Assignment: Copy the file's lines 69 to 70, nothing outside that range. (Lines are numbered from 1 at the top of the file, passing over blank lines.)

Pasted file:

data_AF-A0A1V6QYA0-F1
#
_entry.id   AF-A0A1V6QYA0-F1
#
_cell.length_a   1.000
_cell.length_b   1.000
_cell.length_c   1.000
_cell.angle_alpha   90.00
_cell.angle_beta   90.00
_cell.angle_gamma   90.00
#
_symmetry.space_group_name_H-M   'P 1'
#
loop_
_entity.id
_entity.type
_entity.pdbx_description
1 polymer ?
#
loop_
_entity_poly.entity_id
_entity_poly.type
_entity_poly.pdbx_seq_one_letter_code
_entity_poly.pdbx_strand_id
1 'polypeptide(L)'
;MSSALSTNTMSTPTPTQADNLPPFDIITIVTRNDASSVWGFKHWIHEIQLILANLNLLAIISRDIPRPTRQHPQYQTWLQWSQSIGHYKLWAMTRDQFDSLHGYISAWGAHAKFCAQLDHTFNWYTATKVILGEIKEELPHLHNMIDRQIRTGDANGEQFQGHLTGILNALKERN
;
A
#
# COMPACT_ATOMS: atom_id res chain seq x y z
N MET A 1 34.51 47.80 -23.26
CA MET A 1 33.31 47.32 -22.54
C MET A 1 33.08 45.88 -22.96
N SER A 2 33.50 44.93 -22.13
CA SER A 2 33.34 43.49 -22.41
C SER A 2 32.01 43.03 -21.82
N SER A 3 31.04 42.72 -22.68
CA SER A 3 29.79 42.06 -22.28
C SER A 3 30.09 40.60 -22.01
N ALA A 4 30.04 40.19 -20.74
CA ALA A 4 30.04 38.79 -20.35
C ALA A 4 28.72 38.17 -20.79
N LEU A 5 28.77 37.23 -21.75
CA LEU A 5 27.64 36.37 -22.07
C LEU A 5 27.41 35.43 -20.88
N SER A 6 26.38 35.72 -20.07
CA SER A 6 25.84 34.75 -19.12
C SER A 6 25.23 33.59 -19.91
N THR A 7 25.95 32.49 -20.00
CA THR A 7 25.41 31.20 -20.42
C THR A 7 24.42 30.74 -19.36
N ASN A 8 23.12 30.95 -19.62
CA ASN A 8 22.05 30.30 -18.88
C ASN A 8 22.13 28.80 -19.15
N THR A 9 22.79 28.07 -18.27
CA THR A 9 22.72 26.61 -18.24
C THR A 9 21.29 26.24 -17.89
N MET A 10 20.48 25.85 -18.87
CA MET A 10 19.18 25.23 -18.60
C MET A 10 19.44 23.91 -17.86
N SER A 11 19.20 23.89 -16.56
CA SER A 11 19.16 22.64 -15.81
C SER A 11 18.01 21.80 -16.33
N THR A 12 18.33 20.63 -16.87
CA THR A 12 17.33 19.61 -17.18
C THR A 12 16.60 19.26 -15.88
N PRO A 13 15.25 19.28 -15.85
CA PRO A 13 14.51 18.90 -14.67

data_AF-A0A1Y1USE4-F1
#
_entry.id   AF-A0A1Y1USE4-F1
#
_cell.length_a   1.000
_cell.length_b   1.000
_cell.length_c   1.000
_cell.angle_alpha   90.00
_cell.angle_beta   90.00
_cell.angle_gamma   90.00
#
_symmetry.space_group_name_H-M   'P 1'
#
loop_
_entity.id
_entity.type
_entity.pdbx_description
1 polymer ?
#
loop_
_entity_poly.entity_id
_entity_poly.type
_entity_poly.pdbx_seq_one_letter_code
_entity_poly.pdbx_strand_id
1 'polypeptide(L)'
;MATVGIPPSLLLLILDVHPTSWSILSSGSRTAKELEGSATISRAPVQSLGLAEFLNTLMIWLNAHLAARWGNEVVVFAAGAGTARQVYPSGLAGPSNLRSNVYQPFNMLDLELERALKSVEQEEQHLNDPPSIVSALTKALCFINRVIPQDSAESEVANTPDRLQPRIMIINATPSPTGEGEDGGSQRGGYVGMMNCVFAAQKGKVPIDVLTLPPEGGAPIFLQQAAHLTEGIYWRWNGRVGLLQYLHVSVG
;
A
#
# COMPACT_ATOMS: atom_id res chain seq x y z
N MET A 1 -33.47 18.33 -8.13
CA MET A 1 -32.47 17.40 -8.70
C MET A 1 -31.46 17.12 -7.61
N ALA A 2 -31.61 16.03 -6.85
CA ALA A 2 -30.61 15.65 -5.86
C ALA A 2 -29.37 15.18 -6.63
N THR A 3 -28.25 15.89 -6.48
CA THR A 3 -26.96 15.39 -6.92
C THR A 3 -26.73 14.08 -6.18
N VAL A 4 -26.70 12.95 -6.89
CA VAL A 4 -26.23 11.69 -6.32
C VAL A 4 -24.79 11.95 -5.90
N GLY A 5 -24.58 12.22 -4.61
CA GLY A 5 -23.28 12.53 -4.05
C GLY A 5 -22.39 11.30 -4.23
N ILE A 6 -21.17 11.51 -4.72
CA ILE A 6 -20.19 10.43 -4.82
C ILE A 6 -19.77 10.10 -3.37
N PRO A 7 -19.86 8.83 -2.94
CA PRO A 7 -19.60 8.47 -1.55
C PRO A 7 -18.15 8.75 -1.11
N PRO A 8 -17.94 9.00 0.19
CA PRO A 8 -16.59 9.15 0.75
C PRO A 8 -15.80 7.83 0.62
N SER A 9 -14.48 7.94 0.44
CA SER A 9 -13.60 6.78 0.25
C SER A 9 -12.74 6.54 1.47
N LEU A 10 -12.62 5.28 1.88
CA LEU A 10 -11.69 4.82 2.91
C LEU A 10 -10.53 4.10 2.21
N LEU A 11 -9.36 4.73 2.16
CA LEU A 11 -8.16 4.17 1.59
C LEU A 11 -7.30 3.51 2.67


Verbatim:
data_AF-A0A1Y1USE4-F1
#